“How do I reimburse a PGE which corresponds to 15% of my turnover when I still make 20% less turnover than before the crisis? It is not possible”. Patrick Bellity, foundry boss Sifa Technologies, sums up the dilemma he is currently facing.

The company, already weakened by the diesel crisis of the end of the 2010s, subscribed to a PGE in mid-2020. The entrepreneur has negotiated a delay until November 2022 of his first reimbursements. And after ? “I don’t know if I will be able to pay because I don’t know what my order level will be in the fall,” he says.

According to the Banque de France, of the nearly 700,000 companies having subscribed to a PGE for more than 148 billion euros in total, the default rate could barely reach 3%.

“In general, many companies have a fairly strong ability to adapt”, confirms Virginie Normand, director of specialized markets Banque Populaire at BPCE, who judges “epsilonesque” the level of unpaid at this stage on the some 230,000 PGE granted by the group.

“With a few exceptions, the companies have started to reimburse as planned”, we confirm in Bercy, where the crisis exit committee created in mid-2021 is piloted.

– “No more room for maneuver” –

But these rather reassuring statistics should not hide the real difficulties of certain companies.

As for the tourist group Pierre et Vacances, forced into a backup plan and which saw its PGE converted into capital for more than 200 million euros, bringing creditors into the group’s shareholding.

In the hotel and catering industry, where many companies have taken out PGEs, one in four companies said at the end of June that they were unable to honor their reimbursements, in a context where inflation is curbing consumer spending.

The situation is also tense in tourism where “many companies, hit hard by the pandemic, have requested the maximum authorized PGE, i.e. (an amount corresponding to) 25% of turnover. Repay it over four years it’s really complicated”, worries Yvon Peltanche, representative of the professional association Travel Companies.

He himself has taken out several PGEs for his network of travel agencies. He has no difficulty paying in the short term but has “no more room for maneuver” if the activity falters, as he already fears with the disruptions expected in air transport this summer.

In textiles, the treasurer of the National Federation of Clothing (FNH) Stéphane Rodier explains to AFP that he had “not very happy feedback from accounting firms, insofar as the PGEs are now to be reimbursed not not over 6 years but over 4 years (due to the two-year postponement for the first deadlines), with sometimes a little less activity”.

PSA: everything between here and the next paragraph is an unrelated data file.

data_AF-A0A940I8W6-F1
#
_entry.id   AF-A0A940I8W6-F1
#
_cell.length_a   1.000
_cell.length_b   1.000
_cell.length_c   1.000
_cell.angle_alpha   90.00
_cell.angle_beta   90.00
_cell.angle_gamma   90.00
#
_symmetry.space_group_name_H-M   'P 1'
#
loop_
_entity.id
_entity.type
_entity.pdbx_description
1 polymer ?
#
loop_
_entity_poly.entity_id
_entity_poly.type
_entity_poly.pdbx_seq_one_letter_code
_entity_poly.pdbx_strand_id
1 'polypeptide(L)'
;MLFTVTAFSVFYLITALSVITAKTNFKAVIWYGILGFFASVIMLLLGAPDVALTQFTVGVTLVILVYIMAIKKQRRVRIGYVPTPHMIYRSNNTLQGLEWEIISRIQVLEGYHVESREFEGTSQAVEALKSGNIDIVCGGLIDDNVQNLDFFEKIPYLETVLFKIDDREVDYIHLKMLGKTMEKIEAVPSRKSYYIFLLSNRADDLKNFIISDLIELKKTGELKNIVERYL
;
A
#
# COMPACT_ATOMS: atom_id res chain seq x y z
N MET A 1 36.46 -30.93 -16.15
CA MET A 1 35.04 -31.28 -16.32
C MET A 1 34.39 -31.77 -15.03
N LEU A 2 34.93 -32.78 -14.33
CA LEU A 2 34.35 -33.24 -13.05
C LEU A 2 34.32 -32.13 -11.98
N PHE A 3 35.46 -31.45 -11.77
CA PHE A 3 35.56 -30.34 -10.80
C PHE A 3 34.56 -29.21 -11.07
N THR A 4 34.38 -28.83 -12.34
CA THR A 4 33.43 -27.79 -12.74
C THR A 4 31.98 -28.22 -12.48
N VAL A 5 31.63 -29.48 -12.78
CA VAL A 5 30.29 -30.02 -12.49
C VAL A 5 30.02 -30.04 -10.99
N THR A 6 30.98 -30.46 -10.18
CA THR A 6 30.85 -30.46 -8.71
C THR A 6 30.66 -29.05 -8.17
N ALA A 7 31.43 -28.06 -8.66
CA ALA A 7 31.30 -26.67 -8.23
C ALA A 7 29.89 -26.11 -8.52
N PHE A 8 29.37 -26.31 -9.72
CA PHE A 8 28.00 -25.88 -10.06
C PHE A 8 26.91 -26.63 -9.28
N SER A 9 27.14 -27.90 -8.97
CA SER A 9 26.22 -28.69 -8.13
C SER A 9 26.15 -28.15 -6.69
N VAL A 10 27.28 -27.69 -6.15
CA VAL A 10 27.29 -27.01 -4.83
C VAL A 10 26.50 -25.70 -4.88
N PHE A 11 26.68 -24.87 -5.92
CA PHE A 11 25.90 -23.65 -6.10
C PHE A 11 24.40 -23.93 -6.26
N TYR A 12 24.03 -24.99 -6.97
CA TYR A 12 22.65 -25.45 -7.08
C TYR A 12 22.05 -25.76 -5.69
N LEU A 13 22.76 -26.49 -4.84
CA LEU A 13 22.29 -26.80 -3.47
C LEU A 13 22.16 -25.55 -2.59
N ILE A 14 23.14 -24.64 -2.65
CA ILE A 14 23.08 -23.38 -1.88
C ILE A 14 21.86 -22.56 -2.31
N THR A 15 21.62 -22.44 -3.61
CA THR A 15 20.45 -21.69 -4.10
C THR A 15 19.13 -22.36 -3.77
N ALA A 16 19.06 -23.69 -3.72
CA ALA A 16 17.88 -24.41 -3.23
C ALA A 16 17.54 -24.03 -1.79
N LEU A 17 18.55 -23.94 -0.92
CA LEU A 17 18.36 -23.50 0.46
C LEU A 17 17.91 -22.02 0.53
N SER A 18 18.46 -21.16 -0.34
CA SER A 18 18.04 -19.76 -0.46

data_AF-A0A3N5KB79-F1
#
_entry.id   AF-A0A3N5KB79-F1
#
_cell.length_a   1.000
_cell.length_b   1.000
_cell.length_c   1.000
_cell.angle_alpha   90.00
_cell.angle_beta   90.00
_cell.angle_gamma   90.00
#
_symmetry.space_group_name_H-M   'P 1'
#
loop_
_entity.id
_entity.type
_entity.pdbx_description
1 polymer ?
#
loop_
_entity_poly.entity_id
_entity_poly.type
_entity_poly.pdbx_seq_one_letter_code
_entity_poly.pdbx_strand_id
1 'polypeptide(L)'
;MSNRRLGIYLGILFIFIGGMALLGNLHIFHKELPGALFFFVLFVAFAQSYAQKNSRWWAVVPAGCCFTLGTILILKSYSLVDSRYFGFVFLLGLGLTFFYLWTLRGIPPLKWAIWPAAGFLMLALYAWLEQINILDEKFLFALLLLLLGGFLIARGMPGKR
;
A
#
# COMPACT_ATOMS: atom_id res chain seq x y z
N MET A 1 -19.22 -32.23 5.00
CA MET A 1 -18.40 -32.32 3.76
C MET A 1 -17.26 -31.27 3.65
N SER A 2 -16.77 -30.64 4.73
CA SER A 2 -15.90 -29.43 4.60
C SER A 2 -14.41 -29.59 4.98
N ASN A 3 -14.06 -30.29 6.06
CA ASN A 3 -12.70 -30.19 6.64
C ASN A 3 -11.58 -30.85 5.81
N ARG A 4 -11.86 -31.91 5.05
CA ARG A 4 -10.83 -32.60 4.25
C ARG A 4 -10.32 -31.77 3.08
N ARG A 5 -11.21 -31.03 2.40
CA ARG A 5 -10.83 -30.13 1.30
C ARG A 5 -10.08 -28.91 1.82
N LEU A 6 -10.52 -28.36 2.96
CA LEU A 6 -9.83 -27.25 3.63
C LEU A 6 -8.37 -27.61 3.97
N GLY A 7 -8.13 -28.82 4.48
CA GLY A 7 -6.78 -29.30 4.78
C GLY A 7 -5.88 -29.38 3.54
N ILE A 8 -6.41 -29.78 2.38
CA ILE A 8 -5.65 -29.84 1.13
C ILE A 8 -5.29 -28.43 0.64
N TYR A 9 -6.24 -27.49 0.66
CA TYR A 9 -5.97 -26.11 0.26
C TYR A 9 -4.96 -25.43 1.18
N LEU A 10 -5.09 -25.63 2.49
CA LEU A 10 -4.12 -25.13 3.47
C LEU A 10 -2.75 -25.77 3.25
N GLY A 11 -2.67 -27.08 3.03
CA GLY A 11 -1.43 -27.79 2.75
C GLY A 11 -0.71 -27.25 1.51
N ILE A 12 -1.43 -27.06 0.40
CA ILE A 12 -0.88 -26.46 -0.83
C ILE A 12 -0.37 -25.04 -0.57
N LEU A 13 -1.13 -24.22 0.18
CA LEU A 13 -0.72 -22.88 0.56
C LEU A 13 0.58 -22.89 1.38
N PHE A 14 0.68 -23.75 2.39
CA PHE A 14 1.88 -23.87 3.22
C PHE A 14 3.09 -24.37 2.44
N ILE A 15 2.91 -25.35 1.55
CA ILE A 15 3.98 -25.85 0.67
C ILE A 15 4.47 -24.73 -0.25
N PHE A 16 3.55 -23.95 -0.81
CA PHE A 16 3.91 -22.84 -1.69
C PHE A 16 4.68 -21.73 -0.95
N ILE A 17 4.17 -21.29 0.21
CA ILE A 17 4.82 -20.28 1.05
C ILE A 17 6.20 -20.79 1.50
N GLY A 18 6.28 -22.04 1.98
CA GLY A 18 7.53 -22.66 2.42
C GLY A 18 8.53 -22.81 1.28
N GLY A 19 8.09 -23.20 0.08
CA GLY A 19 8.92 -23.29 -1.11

– Restructure –

Companies in difficulty can ask to restructure their PGE through credit mediation, via a specific mechanism negotiated between the State and the banks, which in particular makes it possible to extend the repayment period up to 10 years.

For the moment, only 300 cases have been handled by credit mediation, a “very low” figure, a sign that the financial situation of companies remains positive, according to mediator Frédéric Visnovsky.

However, many companies are unaware of the existence of this 10-year staggering mechanism, and many others shun it because it downgrades their rating and complicates their financing.

“I started to worry at the beginning of 2022 because the cash flow was picking up quite slowly. I said to myself: I will go and negotiate with my bankers. They told me Very well, but know that it will be difficult for you to finance you for the next 3 to 5 years, “says Jean Valfort, head of Panorama Group, owner of five restaurants and brands of virtual kitchens, which has contracted a PGE of 1.5 million euros.

“When you are in default, the credit insurers withdraw, which means that you have to pay your suppliers immediately, and that only makes the situation worse”, also advances François Asselin, president of the CPME, who believes that companies will tend to “prefer collective procedures that freeze debts” (safeguard plan, receivership, liquidation, etc.)

“We are aware of this difficulty, but the PGE is a bank loan, so the banks apply rules”, fixed at European level, we answer Bercy.

If there is no fire today, the deterioration of the economic outlook for the coming months is worrying. “We are starting to see signs of erosion of the order books” of companies and, “if the activity crumbles, it can be complicated”, warns François Asselin.

The Banque de France, on which credit mediation depends, could also soon revise upwards its forecasts on the number of companies unable to repay their PGE, recognizes Frédéric Visnovsky.